“Market (TRY) holding in I guess on assumption that this number is so bad, it is almost good, in terms of leaving the central bank with no option but to hike again on October 25 (at the next MPC meeting), and I assume also assumption of positive news on October 12 around (the US Pastor) [Andrew] Brunson [currently detained despite US demands for his release],” Timothy Ash of Bluebay Asset Management said in a tweet.
“I think this is a little beyond seasonal factors at this stage. Case of anchoring inflation expectations, and ASAP at this stage. Clearly economy going into deep recession, which will help deflation story. But they have to anchor the TRY as No.1 priority,” Ash added in another tweet.
'MPC stakes increase'
“Seems import inflation has done its work. Stakes increase for the October 25 MPC meeting; in order to establish their credibility the central bank has to again top expectations (while expectations will be much higher this time),” Nora Neuteboom of ABN Ambro Bank said.
Turkey’s inflation rate jumped into the double digits in February 2017. Since then the rate has only once moved back into the single digits, in July last year—and that was due to the base effect of an economic soft spot caused by the July 2016 failed coup.
After last November’s 12.98%, there was a slow descent to the March figure of 10.23% before the rate started to run rampant in the coming six months.
“The breakdown of the data showed a broad-based pick-up in price pressures. Indeed, inflation rose in all 12 of the major price categories,” Tuvey also said, adding “We suspect that inflation has a bit further to rise over the coming months.”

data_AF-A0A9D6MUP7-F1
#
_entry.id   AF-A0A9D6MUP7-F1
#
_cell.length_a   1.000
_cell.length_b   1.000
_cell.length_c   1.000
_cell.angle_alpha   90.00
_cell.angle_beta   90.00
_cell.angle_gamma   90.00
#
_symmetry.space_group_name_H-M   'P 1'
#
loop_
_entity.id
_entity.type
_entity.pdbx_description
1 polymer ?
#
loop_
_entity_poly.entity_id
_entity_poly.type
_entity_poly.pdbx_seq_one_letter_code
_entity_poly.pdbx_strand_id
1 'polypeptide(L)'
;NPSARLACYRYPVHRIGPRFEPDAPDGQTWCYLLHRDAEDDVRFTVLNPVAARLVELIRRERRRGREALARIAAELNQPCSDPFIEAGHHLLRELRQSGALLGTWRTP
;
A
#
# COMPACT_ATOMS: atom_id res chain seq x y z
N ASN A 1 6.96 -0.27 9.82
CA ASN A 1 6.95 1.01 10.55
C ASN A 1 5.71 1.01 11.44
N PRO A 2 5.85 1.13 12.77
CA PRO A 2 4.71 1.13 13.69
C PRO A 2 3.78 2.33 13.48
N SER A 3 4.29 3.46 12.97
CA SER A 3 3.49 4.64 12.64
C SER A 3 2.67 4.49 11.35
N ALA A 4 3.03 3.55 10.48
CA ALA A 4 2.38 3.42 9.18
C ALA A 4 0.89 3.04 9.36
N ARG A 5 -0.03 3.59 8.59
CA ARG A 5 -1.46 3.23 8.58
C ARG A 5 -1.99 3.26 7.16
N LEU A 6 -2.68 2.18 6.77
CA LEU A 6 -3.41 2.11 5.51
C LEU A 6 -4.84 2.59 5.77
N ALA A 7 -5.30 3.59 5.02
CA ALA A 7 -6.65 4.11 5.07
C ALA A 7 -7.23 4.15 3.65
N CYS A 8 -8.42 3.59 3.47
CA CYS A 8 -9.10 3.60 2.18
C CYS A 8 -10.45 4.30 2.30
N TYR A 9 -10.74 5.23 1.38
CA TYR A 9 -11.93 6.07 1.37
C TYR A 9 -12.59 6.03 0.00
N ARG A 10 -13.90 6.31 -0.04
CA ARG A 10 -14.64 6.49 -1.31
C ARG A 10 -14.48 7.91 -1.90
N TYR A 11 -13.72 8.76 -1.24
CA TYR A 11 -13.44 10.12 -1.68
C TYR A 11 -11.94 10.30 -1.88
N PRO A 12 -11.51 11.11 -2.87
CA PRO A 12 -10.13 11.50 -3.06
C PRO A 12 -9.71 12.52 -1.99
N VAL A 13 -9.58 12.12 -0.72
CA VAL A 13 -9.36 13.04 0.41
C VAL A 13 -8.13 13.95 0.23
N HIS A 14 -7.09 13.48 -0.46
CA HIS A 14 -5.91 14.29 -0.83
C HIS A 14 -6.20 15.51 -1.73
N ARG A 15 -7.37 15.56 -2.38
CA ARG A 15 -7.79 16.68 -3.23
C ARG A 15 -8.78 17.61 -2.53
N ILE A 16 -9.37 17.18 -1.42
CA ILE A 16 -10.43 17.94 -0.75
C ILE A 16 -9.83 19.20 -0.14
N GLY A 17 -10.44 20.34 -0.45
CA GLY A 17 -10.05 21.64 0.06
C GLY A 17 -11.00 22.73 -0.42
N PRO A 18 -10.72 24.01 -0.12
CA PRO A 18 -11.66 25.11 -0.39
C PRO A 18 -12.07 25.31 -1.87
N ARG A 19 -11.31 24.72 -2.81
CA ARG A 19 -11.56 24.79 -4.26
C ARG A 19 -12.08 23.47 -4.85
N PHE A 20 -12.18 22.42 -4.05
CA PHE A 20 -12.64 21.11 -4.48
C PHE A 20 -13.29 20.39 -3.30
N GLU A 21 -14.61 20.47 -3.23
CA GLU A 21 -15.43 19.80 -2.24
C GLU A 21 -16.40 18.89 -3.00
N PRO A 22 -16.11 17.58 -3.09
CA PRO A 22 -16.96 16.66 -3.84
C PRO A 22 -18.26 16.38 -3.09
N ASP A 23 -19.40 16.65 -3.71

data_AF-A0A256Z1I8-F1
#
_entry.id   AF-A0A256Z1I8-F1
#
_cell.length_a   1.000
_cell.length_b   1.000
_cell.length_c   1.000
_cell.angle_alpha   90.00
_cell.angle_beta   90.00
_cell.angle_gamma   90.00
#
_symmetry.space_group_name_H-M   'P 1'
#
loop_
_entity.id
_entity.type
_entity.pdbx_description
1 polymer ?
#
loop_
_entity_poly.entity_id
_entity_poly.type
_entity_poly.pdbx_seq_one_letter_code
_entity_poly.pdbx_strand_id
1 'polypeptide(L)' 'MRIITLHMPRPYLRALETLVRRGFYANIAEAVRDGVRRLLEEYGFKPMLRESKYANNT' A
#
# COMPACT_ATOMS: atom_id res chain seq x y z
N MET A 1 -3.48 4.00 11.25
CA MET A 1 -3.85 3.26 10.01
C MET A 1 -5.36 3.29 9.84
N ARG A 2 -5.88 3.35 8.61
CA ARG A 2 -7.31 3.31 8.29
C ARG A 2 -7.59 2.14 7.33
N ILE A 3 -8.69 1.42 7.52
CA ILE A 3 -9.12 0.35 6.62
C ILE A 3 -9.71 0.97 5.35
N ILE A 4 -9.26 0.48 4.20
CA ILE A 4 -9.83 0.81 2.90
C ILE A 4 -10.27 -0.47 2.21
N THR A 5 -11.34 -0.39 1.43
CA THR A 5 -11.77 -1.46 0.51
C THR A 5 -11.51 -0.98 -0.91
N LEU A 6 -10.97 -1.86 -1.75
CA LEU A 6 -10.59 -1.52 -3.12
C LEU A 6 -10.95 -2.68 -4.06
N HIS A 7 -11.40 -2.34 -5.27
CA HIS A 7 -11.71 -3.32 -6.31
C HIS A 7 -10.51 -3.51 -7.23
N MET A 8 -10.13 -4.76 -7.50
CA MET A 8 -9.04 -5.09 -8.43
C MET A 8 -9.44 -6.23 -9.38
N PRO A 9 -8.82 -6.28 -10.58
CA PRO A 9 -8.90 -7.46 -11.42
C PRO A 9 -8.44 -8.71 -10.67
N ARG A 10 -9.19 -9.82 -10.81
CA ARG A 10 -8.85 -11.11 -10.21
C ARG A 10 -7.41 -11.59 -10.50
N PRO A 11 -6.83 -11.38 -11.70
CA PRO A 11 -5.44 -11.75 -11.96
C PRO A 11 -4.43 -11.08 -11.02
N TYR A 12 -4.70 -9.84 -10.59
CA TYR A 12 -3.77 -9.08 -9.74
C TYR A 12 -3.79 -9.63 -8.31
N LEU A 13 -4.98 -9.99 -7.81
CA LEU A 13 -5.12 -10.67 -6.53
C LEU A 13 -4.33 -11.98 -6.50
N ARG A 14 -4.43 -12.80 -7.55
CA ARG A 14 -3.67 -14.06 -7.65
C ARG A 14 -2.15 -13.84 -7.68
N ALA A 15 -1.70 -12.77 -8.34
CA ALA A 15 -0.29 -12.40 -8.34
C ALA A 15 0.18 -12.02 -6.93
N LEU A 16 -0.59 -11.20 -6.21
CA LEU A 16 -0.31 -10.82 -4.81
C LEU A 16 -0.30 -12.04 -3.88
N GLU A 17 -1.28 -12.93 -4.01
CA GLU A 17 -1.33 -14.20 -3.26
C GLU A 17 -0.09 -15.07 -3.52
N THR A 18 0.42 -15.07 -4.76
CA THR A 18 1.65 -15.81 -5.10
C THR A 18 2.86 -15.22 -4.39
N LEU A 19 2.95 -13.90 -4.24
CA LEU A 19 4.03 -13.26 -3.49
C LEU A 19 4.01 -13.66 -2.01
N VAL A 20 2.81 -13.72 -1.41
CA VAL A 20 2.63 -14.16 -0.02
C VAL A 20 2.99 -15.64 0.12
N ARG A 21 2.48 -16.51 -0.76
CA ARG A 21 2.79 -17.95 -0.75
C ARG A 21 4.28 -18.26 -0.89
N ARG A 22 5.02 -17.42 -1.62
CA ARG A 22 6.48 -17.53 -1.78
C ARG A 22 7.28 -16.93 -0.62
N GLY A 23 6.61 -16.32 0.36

Annual food inflation, which makes up nearly a quarter of the consumer price inflation basket, rose further from 19.75% in August to 27.7% in September while annual inflation in transportation prices, the second largest sub-item in the basket, reached 36.61%.
“The good news in the awful Turkish inflation figure? Turkish statistics office credibility. A month ago locals and RenCap were questioning the reported 0.1% rise in August food prices. In September, food prices were up 6.4% MoM,” Charlie Robertson of RenCap remarked in a tweet.
Meanwhile, the deterioration in core inflation metrics and producer price inflation continued to escalate in September.
The annual rise in the C-index, one of the central bank’s favourite core inflation indicators, also hit a fresh record at 24.05%. The previous high was the 17.22% seen in August.
The annual producer price index (PPI) recorded a jump from 32.13% in August to 46.15% in September, the highest level seen since 2002, TUIK said in a separate statement.
The annual PPI rate fell to 12.14% in January, the lowest level posted since December 2016—but it has skyrocketed since then in parallel with the depreciation in the lira.
“The rise in oil prices to $85pb brings most major oil producers’ budgets close to balance (and in a few cases to a large surplus) and could open the door for fiscal policy to be loosened in a few countries in the Gulf. However, if the rise in oil prices is sustained, it will make the balance of payments adjustment needed in [big energy importer] Turkey and Argentina even more difficult,” James Swanston of Capital Economics said in a research note entitled “What does the latest jump in oil prices mean for EMs?”